Today I completed my honours degree. Four years at UCT, completed! Provided nothing goes ridiculously pear shaped I will be awarded my second degree next month.

It's a strange feeling, partly due to the uncertainty over what I will be doing next year. I have applied to study further in the U.S., however, I will only find out if I'm accepted some time in March. If I get accepted into one of the places I have applied to I will be starting a MSc/PhD there in September. If I get rejected (oh no!), however, my plans are to start an MSc at UCT and then push hard to get into a PhD overseas. Even if I do get accepted what I'm doing between February and September isn't finalised, although I do have some potential plans. So I might return to UCT for some time, I might not return at all!

Honours has been the first real year of studying in my opinion. Computer Science undergrad is way too easy, especially when you enter it already having a good background in programming. This has been the first year we have really gotten to know the lecturers. It is the first year we have had our own personal lab. It is the first year we have had the choice of modules It is the first year we had a major project. All these things add up to a most enjoyable year. Most importantly though is the size of the class. With only 37 of us, all having made it through undergrad and remained, this has been the first year I have really gotten to know the entire class. Knowing that most of the class will not be returning next year and that some of them I will never see again makes it a rather sad time.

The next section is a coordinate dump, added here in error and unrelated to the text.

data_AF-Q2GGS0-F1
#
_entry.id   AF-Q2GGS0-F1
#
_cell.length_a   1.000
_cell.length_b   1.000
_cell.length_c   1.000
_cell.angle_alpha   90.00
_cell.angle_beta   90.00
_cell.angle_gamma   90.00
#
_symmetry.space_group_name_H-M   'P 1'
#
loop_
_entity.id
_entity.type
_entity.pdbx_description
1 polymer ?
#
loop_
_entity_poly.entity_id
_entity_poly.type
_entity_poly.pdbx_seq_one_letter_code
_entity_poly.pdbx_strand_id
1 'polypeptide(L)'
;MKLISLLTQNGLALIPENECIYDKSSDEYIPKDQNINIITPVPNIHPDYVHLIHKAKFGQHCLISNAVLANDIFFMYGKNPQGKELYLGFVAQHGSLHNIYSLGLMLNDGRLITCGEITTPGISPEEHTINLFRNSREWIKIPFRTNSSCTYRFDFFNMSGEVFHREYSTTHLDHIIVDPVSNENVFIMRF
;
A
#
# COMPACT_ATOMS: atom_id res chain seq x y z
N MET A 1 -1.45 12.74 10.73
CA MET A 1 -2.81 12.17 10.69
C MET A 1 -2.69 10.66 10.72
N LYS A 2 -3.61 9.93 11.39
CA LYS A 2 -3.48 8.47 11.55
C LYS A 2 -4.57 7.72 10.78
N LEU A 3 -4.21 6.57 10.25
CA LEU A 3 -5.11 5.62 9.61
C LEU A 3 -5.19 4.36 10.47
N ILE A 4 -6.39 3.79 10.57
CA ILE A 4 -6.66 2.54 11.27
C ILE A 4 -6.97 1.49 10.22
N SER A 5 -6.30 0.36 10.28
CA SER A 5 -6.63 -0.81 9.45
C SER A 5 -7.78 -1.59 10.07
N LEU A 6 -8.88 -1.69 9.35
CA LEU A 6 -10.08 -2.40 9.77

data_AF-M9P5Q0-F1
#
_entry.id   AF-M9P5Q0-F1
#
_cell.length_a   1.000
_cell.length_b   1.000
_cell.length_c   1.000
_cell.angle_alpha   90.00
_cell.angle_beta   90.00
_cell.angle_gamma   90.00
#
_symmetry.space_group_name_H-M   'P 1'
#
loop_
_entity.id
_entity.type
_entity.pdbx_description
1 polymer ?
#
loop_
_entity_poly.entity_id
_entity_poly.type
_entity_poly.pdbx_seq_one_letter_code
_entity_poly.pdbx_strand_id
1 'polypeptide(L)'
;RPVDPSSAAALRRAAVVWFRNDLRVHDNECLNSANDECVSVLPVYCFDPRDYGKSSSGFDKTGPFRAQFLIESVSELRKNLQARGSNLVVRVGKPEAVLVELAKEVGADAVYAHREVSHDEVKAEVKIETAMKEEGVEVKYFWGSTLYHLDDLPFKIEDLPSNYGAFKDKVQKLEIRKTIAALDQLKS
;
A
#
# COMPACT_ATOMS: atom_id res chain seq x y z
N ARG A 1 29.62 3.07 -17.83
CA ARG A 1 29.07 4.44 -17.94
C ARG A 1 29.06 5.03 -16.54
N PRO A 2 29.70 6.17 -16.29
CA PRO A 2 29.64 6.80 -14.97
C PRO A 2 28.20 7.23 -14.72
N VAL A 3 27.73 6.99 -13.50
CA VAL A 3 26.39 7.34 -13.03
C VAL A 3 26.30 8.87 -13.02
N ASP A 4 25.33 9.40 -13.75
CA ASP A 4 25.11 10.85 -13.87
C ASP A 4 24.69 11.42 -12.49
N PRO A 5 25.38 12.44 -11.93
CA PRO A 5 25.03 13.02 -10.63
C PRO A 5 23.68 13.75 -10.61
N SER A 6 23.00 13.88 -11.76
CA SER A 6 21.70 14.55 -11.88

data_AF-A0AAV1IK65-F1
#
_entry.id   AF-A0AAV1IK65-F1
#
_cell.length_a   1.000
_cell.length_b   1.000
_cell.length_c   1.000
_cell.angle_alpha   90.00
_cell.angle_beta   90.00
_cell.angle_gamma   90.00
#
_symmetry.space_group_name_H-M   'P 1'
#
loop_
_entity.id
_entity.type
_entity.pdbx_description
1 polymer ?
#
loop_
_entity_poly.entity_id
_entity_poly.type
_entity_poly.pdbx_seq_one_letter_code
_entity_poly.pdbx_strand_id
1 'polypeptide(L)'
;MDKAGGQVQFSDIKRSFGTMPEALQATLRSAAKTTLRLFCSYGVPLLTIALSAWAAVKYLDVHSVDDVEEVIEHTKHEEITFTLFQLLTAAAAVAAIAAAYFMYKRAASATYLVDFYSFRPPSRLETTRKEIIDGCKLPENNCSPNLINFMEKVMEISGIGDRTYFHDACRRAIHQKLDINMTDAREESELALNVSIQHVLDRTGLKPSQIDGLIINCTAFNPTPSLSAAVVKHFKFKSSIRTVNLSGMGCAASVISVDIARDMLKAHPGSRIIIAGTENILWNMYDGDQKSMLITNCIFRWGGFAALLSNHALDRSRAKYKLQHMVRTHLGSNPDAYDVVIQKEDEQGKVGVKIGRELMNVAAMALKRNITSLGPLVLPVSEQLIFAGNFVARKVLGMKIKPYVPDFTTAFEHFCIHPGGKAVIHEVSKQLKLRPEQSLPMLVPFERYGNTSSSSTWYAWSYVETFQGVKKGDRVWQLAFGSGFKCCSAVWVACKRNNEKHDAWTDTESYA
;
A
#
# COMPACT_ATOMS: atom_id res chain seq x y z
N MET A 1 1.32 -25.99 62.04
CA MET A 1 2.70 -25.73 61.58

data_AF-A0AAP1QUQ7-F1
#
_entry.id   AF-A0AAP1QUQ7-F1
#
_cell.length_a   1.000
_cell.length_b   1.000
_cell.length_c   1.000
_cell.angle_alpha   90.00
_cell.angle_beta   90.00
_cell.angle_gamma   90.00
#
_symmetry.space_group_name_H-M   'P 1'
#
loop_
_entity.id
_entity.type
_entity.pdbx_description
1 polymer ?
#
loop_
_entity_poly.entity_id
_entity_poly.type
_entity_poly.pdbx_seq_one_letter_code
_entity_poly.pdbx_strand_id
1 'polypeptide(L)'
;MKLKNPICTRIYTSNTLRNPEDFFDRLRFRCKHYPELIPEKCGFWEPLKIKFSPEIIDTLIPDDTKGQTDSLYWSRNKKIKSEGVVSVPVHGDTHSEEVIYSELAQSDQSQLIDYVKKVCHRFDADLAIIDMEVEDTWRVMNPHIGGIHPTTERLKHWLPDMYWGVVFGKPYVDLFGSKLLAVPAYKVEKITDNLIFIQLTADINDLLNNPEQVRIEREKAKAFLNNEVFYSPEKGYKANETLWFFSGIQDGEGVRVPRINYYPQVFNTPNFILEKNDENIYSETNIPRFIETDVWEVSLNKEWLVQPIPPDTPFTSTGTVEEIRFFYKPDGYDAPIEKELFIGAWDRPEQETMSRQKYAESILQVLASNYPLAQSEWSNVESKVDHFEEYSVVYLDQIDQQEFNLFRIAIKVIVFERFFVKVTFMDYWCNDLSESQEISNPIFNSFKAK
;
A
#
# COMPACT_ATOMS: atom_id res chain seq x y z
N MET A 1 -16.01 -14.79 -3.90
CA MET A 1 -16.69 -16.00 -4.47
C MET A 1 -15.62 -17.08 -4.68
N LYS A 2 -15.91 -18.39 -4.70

It has been an exciting time. I truly believe that the honours year is worth more than the three years of undergrad combined. I would strongly recommend it to anyone wondering whether they should continue after graduating with their BSc. An honours is what distinguishes you from the masses.

So that is it. It is over. No more. Done.

Next up -- Nvidia! I finally had my appointment at the US Embassy yesterday and received my H-3 visa this afternoon. I have my flights booked -- 29 hours each way! I have sorted out accommodation at Greenpoint Apartments. Chris de Kadt has just finished his own internship there this week and so he has offered me his furniture and other stuff which has helped a lot! Apparently they pass on furniture between interns there. So I am all ready to leave on Saturday evening and start working Monday morning!

Sorry Janis, but I have to share what you said me as it was classic! This is what she (management person at Greenpoint) sent me this morning:

I had to call my husband who was in the marines to find out what the heck 16:00-17:00 was. Welcome to California we deal in the "o'clock version".

Honours is Over!

Today has been a day to remember. A wonderful year has ended today. Yes, today was the final day of my honours degree. It is over!! Some will consider it a happy moment, but I consider it a sad one.

Lots to do though. Going for pancakes for my farewell since I leave on Saturday. More about this later!

Friday, November 9, 2007

US Visas

I have done something immensely stupid. I found this out last night from Carl. Yes, I underestimated the time required to apply for a US visa.

Nvidia got some attorneys to put together the application for my visa. The process started all the way back in July when they first contacted me and I finally received a thick wad of documents on the 25th October. The cover letter stated:

You will be required to present the enclosed original approval notice at a U.S. Consulate in order to apply for a visa stamp to enter the U.S. in H-3 status. Please be advised that you will only be able to apply for the H-3 visa stamp up to 10 days prior to the validity date as indicated on the enclosed approval notice.
So I wait until 10 days before, which happens to be today. Bad idea! Turns out I was supposed to book an appointment for 10 days before and that an appointment has to be booked at least two weeks in advance. So I anxiously call the US embassy this morning, which by the way entails purchasing credit from Pick 'n Pay first, and they inform me that the first opening is on 28 November. Yikes! But I'm leaving on the 17th! Double yikes!